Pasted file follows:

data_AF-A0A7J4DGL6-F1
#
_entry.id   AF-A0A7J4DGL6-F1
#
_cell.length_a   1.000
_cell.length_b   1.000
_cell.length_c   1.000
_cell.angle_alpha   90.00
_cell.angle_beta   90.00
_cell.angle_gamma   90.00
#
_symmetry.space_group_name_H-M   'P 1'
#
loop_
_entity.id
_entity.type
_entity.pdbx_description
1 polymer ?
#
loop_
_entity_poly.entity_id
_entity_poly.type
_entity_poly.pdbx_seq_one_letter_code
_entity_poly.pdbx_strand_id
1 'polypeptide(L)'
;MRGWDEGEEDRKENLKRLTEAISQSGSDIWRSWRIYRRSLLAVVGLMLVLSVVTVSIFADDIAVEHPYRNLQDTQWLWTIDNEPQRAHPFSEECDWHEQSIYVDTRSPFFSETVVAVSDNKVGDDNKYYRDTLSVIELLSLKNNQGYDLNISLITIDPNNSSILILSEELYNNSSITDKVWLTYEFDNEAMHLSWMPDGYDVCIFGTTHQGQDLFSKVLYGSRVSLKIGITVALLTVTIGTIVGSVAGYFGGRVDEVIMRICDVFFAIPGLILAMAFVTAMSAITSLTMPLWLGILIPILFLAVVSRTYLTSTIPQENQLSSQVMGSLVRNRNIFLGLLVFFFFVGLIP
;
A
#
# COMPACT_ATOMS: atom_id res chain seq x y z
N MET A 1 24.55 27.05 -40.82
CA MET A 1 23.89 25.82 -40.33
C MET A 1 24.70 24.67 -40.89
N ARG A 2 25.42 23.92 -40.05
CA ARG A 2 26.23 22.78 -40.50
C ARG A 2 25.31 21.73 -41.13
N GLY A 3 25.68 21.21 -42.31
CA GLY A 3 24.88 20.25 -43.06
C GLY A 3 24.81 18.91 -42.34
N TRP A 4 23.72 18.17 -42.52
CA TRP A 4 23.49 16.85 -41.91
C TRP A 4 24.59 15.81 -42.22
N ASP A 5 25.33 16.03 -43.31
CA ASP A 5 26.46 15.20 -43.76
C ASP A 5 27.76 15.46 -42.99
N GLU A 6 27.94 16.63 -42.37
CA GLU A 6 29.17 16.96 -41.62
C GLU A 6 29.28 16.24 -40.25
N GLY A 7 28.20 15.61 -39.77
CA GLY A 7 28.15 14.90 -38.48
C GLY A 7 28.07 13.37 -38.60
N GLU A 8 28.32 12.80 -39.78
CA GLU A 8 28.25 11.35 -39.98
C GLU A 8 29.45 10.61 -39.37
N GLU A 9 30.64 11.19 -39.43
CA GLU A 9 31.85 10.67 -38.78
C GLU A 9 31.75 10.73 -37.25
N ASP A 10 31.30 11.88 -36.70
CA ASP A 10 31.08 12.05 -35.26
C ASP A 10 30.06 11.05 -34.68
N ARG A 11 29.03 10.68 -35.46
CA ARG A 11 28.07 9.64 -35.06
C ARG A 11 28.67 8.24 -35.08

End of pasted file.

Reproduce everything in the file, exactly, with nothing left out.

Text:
data_AF-A0A7J4DGL6-F1
#
_entry.id   AF-A0A7J4DGL6-F1
#
_cell.length_a   1.000
_cell.length_b   1.000
_cell.length_c   1.000
_cell.angle_alpha   90.00
_cell.angle_beta   90.00
_cell.angle_gamma   90.00
#
_symmetry.space_group_name_H-M   'P 1'
#
loop_
_entity.id
_entity.type
_entity.pdbx_description
1 polymer ?
#
loop_
_entity_poly.entity_id
_entity_poly.type
_entity_poly.pdbx_seq_one_letter_code
_entity_poly.pdbx_strand_id
1 'polypeptide(L)'
;MRGWDEGEEDRKENLKRLTEAISQSGSDIWRSWRIYRRSLLAVVGLMLVLSVVTVSIFADDIAVEHPYRNLQDTQWLWTIDNEPQRAHPFSEECDWHEQSIYVDTRSPFFSETVVAVSDNKVGDDNKYYRDTLSVIELLSLKNNQGYDLNISLITIDPNNSSILILSEELYNNSSITDKVWLTYEFDNEAMHLSWMPDGYDVCIFGTTHQGQDLFSKVLYGSRVSLKIGITVALLTVTIGTIVGSVAGYFGGRVDEVIMRICDVFFAIPGLILAMAFVTAMSAITSLTMPLWLGILIPILFLAVVSRTYLTSTIPQENQLSSQVMGSLVRNRNIFLGLLVFFFFVGLIP
;
A
#
# COMPACT_ATOMS: atom_id res chain seq x y z
N MET A 1 24.55 27.05 -40.82
CA MET A 1 23.89 25.82 -40.33
C MET A 1 24.70 24.67 -40.89
N ARG A 2 25.42 23.92 -40.05
CA ARG A 2 26.23 22.78 -40.50
C ARG A 2 25.31 21.73 -41.13
N GLY A 3 25.68 21.21 -42.31
CA GLY A 3 24.88 20.25 -43.06
C GLY A 3 24.81 18.91 -42.34
N TRP A 4 23.72 18.17 -42.52
CA TRP A 4 23.49 16.85 -41.91
C TRP A 4 24.59 15.81 -42.22
N ASP A 5 25.33 16.03 -43.31
CA ASP A 5 26.46 15.20 -43.76
C ASP A 5 27.76 15.46 -42.99
N GLU A 6 27.94 16.63 -42.37
CA GLU A 6 29.17 16.96 -41.62
C GLU A 6 29.28 16.24 -40.25
N GLY A 7 28.20 15.61 -39.77
CA GLY A 7 28.15 14.90 -38.48
C GLY A 7 28.07 13.37 -38.60
N GLU A 8 28.32 12.80 -39.78
CA GLU A 8 28.25 11.35 -39.98
C GLU A 8 29.45 10.61 -39.37
N GLU A 9 30.64 11.19 -39.43
CA GLU A 9 31.85 10.67 -38.78
C GLU A 9 31.75 10.73 -37.25
N ASP A 10 31.30 11.88 -36.70
CA ASP A 10 31.08 12.05 -35.26
C ASP A 10 30.06 11.05 -34.68
N ARG A 11 29.03 10.68 -35.46
CA ARG A 11 28.07 9.64 -35.06
C ARG A 11 28.67 8.24 -35.08